Tips for Maintaining Good Behavior at the End of the School Day

It’s nearing the end of the school day, and everything has gone to plan so far. Suddenly, the careful classroom peace is disrupted when a normally well-behaved student has a meltdown.

Is this scenario a common complaint among your teachers and special needs educators? If so, you may be searching for strategies to help instructors improve end-of-day behaviors in an in-person or virtual classroom.

This guide will help you understand why children may act out after lunch and what can be done about it. Read on to learn positive reinforcement, relaxing activities, and other strategies to prevent disaster at the end of the school day.

Why Do Children Act Out at the End of the School Day?

There are many reasons why children act out toward the end of the school day. The good news is that if disruptive behavior only emerges during one time of the school day, the child likely does not have a condition like oppositional defiant disorder (ODD).

It is also a sign that this behavior is mendable with the right approach. Before teachers start planning activities to address end-of-day oppositional attitudes, it can help to understand where the behavior is coming from.

Here are three possible reasons an otherwise well-behaved child might act out at the end of the school day.

Young Children Are Not Used to Their School Schedule

Elementary-age students may not have adjusted to their new school schedule. End-of-day misbehavior of this kind may be especially apparent early in the school year and dissipate as the child adjusts.

Misbehaving at the end of the school day can also affect children in years beyond kindergarten. For example, a first grader might act out at the end of the day because they are used to nap time from the previous year.

Teachers Typically Assign Work at the Beginning of the Day

Studies show that children tend to focus best in the morning. Concentration peaks at about 11 a.m. Knowing this, many instructors front load school work and activities at the beginning of the day.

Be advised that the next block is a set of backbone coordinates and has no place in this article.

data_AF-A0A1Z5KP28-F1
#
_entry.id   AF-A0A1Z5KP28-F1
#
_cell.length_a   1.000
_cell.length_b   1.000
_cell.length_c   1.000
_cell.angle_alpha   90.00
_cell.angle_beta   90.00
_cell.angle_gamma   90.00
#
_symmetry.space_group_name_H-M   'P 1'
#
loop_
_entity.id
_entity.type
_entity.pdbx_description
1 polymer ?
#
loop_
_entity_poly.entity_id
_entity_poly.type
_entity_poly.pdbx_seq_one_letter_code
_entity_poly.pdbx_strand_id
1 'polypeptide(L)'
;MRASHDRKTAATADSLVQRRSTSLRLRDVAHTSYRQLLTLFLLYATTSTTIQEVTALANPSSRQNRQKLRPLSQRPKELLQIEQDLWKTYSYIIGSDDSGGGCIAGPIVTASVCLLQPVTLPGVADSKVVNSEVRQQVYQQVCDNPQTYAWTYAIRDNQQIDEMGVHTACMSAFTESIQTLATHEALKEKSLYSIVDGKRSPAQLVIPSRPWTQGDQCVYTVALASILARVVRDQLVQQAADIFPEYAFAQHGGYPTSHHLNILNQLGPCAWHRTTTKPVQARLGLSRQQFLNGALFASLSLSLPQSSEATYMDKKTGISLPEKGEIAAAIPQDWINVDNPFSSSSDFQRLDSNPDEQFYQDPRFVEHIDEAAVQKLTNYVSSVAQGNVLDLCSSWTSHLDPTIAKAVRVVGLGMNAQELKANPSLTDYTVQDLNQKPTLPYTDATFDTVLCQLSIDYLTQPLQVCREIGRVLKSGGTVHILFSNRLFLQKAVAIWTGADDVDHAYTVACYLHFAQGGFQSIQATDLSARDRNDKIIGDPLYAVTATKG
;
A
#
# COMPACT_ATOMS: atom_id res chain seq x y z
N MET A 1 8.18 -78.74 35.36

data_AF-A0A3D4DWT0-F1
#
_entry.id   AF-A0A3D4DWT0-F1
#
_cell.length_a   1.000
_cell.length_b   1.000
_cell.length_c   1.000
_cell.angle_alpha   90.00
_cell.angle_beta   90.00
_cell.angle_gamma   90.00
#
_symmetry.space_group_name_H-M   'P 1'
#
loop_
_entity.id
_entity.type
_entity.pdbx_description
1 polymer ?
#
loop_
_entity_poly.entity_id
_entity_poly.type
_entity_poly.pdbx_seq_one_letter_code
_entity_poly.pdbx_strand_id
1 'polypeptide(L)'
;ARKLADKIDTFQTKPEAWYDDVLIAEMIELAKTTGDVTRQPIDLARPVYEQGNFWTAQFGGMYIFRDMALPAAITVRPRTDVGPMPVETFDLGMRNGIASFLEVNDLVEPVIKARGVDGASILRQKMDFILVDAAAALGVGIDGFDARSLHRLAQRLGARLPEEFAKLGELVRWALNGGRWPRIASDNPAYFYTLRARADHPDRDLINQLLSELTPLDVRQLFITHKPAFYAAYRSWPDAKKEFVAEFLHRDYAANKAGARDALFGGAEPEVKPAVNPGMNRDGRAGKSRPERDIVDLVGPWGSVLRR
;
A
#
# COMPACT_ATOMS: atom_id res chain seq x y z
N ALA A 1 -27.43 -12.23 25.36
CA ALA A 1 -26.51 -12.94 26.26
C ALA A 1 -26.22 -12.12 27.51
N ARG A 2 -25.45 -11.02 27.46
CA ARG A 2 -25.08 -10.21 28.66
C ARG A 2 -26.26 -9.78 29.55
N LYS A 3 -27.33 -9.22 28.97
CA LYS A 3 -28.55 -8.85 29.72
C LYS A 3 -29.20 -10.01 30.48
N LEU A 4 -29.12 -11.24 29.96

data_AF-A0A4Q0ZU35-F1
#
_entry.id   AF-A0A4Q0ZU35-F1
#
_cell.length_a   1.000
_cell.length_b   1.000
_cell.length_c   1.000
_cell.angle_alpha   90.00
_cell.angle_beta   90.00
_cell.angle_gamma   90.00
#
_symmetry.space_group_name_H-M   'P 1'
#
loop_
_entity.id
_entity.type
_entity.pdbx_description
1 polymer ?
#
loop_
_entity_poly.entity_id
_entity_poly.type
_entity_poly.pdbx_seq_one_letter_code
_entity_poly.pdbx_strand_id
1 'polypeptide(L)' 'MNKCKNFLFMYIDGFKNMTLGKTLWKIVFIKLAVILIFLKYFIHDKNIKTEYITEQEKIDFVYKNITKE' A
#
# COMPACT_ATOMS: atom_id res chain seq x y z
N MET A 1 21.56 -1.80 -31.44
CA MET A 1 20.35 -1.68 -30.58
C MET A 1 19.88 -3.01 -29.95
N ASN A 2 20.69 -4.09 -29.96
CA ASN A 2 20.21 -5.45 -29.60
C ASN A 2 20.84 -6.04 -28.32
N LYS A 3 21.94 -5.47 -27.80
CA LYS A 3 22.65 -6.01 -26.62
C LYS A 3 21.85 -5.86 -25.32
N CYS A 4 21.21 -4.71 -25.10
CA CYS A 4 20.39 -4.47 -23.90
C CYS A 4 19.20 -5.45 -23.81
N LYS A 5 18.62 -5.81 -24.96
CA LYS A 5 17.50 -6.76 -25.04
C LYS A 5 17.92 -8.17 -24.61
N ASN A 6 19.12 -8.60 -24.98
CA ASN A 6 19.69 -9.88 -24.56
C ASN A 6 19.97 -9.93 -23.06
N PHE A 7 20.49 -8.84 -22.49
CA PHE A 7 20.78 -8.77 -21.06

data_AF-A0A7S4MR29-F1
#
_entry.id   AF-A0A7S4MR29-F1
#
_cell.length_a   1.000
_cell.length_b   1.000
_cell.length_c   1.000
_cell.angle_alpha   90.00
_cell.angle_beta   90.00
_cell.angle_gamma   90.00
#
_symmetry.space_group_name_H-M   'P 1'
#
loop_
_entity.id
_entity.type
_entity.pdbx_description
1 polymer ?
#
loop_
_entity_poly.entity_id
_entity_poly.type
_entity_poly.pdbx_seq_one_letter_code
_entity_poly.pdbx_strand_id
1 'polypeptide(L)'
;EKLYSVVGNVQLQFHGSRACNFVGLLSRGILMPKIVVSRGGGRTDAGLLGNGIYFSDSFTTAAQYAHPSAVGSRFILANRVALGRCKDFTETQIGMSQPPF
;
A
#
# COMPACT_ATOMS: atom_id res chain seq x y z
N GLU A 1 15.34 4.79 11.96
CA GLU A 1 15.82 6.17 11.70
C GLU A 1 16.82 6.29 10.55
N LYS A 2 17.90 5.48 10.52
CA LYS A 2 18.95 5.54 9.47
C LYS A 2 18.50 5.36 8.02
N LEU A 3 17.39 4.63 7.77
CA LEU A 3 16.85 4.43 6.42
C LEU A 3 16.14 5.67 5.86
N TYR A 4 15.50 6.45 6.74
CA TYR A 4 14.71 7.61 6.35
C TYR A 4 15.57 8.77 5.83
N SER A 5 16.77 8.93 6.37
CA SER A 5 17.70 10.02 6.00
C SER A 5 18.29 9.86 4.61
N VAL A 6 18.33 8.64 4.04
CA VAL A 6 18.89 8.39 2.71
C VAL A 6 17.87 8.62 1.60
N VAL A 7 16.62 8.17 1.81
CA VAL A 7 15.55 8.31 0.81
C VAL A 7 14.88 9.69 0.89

By the time the afternoon rolls around, children may simply be too tired to regulate their emotions and behaviors. Even the most well-behaved children may act out when they are tired or, as we will discuss next, hungry.

Students May Not Get Enough Nutrition at Lunchtime

Nutrition has a significant impact on how we feel and behave, and children are no different. For example, studies have shown that diets high in unhealthy fats, sugar, and salt may trigger ADHD symptoms in some children.

Eating enough nutrients is just as important for children without ADHD. Food is fuel, and without enough calories, children may lose energy toward the end of the day, resulting in disruptive behavior.

Science-Backed Ways to Maintain Good Student Behavior at the End of the Day

Teachers don’t have to deal with end-of-school-day misbehavior forever. There are effective, science-backed strategies for regaining classroom control when one or more students misbehave.

Many of these strategies can be applied proactively. In other words, teachers can use them to prevent misbehavior. It is much easier to avoid disruptions in the first place than to try to manage misbehavior when it’s happening.